Why Did I Just Notice You Now?

How an oft repeated line in psalms jumped the page into my brain

Every once and a while my spiritual clock and my physical clock align, and I am open to an insight that had been hiding in plain sight for decades. We have recently completed 9 days of Sukkot and Shemini Atzeret observance, and one of those observances was saying the Hallel every day. On one of the first days for no apparent reason the clocks aligned, and my eyes were drawn to a phrase in the prayer.

The Psalmist begins by declaring his love for God who has always been there for him. He was in a life-threatening situation and thought it was all over, but he prayed to God and God saved him.

He writes, “For you have delivered my soul from death, my eyes from tears, my feet from stumbling”. And yet the psalm ends with what for me was a shocking twist.

“I have kept faith even when I was greatly afflicted, When, unthinking, ‘I condemned all life as vain’”.

Another translation puts it even stronger, “I said in my haste: ‘All mankind is deceitful.’”

This was the line in a prayer that I had repeated hundreds of times in my life but on that day it threw me a curve. How did someone so enamored with God ever get to such a low point? How did someone who wrote, “Gracious, just and merciful is the Lord; The Lord is the guardian of the simple. I was brought low, and the Lord saved me”, ever get so depressed as to condemn all life as vain?

Day after day I mulled over the line trying to figure out why it was bothering me so much. If he was a man of faith, how did he become so cynical about the world around him and if he wasn’t a man of faith why was he calling out to God so much?

I can’t answer for him, but I can share how I was trying to unravel the dilemma. In our time atheism is rising to unprecedented levels, with more and more of our intellectuals, philosophers and educated professionals making fun of religious belief.

When science is seen as the supreme truth and Bible thumping evangelicals and fundamentalists are trying to force their views onto the life practices of our fellow citizens, I look at this simple act of faith as naive and delusional. If God “protects the simple” why was the psalmist in so much danger in the first place?

If as a parent my job is to protect my children and I see them falling into danger my first job is to stop them from ever getting into such a dangerous situation that only my intervention might save their life. At the least we can accuse God of being slow to get into the game.

On the other hand, the psalmist did not know how to get out of his life-threatening situation and the enemies were other people more powerful than he. It was then that he realized that the source of his danger were people, who were “deceitful” and who made this world “vain”. The only source for hope that he had was God since he could never count on other people for help.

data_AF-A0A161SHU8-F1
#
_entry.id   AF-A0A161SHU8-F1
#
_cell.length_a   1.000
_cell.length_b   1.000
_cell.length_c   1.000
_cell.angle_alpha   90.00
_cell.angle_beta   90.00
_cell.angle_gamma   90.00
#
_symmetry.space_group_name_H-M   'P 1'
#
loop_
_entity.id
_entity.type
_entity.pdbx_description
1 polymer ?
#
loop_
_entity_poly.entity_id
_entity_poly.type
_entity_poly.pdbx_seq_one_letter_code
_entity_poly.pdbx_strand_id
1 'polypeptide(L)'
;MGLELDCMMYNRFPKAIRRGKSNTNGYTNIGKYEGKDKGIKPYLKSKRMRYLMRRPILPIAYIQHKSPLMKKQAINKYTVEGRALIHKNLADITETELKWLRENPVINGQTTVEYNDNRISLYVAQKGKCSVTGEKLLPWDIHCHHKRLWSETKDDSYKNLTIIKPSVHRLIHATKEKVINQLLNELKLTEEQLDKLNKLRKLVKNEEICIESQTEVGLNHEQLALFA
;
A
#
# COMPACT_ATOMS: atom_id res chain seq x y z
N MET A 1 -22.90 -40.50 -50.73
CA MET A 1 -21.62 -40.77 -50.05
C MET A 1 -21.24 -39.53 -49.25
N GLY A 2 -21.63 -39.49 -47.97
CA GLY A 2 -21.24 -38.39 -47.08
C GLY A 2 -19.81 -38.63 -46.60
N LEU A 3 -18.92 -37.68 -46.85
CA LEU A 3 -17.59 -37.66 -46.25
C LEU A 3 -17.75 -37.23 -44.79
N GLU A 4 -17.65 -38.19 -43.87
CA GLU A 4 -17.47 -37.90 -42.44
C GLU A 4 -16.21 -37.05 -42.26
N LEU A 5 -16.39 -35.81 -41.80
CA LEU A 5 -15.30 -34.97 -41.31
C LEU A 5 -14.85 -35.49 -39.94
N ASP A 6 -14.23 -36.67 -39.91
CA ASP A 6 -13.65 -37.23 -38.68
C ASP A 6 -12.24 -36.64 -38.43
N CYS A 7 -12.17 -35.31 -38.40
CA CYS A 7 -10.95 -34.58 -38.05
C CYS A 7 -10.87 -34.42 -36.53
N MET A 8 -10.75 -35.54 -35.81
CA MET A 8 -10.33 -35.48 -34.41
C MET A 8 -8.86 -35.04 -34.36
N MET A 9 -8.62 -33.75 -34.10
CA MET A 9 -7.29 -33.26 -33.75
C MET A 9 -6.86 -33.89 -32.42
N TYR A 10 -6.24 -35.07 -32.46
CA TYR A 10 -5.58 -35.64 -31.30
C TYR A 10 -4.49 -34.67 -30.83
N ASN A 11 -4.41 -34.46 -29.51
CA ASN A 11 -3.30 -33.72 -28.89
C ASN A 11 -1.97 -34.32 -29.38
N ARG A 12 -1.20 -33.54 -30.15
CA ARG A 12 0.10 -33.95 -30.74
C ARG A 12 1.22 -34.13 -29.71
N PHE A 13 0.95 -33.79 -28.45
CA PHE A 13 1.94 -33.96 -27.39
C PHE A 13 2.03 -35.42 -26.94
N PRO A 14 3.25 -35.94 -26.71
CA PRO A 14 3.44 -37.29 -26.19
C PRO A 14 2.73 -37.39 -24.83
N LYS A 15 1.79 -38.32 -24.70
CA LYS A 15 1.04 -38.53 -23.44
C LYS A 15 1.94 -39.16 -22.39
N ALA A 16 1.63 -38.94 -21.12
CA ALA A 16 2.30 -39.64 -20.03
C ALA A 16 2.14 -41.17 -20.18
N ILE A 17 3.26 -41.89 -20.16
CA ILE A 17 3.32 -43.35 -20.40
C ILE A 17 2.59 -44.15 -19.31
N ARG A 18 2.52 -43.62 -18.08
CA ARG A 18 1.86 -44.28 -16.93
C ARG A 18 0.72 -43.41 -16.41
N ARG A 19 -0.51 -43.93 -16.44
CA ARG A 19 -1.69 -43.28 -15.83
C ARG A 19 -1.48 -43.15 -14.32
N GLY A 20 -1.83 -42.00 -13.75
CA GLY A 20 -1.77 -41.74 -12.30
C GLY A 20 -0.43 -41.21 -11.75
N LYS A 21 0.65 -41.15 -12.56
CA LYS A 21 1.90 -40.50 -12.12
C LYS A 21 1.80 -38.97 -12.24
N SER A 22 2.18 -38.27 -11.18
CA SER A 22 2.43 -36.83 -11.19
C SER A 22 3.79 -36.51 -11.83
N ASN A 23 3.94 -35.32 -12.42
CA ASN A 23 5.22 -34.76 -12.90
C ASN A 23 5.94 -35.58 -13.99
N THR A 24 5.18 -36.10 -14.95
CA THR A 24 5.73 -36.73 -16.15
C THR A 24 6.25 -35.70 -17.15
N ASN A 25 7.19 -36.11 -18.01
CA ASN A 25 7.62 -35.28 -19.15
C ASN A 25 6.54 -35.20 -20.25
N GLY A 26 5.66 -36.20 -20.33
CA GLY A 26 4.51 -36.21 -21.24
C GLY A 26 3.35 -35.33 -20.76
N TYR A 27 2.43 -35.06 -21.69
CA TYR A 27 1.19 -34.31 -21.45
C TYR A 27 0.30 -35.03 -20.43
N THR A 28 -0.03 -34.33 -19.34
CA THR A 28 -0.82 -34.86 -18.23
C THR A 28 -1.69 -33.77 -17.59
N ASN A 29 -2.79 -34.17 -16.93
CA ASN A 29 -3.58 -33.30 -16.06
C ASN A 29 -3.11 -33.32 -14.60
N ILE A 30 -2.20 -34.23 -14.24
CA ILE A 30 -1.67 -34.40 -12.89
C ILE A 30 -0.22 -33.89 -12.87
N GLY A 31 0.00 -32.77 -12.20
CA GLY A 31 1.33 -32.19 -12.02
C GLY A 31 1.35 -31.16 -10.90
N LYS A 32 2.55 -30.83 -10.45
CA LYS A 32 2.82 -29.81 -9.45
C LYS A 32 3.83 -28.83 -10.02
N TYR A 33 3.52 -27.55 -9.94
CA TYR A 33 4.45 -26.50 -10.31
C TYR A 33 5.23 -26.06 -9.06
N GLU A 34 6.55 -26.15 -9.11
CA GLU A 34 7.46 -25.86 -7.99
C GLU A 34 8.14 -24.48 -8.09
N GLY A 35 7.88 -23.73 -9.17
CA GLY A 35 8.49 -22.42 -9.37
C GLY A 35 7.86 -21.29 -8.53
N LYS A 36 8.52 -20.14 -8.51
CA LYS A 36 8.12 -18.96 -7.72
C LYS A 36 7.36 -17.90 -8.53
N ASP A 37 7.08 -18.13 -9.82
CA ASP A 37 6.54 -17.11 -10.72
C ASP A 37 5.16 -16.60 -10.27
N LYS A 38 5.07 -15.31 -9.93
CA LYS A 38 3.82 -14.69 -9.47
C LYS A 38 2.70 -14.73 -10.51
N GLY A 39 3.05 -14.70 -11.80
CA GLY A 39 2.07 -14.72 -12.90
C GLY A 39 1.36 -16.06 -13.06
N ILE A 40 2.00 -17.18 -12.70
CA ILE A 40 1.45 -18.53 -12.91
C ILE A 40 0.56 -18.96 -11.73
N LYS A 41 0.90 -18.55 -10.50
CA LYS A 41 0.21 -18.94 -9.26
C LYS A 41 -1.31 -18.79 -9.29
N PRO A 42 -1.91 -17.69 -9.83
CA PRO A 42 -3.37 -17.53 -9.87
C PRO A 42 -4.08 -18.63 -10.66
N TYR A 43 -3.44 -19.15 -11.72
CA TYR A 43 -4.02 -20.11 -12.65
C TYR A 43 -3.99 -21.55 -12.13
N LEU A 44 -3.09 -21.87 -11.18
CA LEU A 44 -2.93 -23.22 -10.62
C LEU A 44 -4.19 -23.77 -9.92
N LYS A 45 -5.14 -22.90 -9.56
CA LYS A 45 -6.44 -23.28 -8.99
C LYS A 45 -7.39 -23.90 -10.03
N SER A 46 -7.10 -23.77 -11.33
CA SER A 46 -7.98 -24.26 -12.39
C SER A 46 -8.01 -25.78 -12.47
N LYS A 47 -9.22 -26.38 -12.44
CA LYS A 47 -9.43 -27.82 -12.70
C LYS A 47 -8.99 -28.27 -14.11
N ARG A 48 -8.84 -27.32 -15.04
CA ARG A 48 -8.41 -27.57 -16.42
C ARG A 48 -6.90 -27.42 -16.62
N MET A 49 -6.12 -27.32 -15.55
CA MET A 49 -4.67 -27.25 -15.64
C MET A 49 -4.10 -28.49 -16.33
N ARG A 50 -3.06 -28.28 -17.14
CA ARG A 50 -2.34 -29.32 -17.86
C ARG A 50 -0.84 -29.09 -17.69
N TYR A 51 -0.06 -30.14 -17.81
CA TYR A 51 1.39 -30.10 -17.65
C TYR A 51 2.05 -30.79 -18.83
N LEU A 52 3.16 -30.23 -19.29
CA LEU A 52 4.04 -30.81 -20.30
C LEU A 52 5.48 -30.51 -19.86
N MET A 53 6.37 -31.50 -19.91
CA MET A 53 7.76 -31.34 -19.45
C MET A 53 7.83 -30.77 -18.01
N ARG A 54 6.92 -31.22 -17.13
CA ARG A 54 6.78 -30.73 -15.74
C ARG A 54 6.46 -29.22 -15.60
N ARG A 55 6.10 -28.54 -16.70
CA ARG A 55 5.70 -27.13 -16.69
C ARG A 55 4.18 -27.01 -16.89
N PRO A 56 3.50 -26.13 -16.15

This led for me to two conclusions that though based on differing ides of God, brings help to the helpless.

When it is clear that man, science and technology cannot save us, we have only one place to turn, and that is God. If God is God and for God’s own reasons, decides to help us then praying to God makes sense. After all, we have no other option.

If we don’t believe in God or are unsure about the existence or involvement of God, then we return to the angst and hopelessness of the psalmist who declared, “all life is vain”.

In that position we not only have no help from God, but we lose all sense of hope. Without hope we can not muster our own resources to effect a positive change. Hopelessness depletes our T-cells that allow the body to fight infection. Depression shuts down our creative faculties and deprives us of our best intellect to find a way out of our crises. Believing in God whether God exists or God forbid does not exist, gives us hope and increases our chances of survival.

Even when in the grips of affliction and hitting the nadir of hopelessness the psalmist condemned all life as vain; it was only a temporary relapse because he was able to summon up his belief in God and he was able to be saved.

Does it matter if God saved him, or the belief in God saved him? What matters is that belief in God gives the believer a tool that the atheist will never have. That is why making a misheberach for a very sick person makes sense. Even with Debbie Friedman’s haunting Misheberach melody, do we know if God is going to intervene or even know what that intervention will look like?

Of course not, but I know that all the loved ones surrounding the very sick relative or friend, feel that they are contributing to the healing process and sharing that with the patient can only help.

I think the reason the passage stayed with me all week was that given all the sadness , disease and suffering that my career has and continues to expose me to, from time to time I need to refresh, recharge and remember that I want to live in a world not of vanity and deceit, but in a world that “ I love Hashem for He hears my voice..” And the prayers are the reinforcing tools for me to get there.

I hope you will join me in that world.

This blog post is dedicated to Mort Schulman, a congregant, a friend, a regular reader and a Sheina Yid, who passed away this morning (Oct 11). May God grant his Neshama an Aliyah.

Please share with friends and family and all are invited to join the blog by sending me an email at ravpp1@gmail.com with your full name and email.



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Rabbi Paul Plotkin

I am a retired Conservative Rabbi. I was a pulpit Rabbi for 40 years. I supervise a chain of kosher Delis called Ben's .